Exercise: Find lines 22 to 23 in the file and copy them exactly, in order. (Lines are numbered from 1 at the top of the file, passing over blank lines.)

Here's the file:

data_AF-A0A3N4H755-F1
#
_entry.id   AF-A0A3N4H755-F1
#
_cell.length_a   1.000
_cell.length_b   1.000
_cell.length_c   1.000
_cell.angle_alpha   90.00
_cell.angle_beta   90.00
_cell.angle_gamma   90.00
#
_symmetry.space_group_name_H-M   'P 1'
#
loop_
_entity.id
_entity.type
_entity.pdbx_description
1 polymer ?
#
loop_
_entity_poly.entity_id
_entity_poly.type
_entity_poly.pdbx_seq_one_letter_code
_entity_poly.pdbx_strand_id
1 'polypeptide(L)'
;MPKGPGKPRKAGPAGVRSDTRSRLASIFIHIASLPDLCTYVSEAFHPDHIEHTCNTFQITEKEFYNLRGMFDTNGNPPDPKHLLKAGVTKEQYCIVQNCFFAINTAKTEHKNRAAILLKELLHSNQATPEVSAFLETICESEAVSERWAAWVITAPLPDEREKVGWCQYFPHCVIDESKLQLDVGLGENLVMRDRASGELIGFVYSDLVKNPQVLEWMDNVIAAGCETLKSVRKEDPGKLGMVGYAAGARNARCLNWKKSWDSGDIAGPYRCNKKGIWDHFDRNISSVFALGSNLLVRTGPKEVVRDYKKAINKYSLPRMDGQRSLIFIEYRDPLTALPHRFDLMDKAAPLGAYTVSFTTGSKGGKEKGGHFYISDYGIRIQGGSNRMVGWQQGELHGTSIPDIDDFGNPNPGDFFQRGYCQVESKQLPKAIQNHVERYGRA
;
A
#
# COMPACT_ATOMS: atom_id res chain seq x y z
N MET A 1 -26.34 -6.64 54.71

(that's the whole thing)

_entity_poly.type
_entity_poly.pdbx_seq_one_letter_code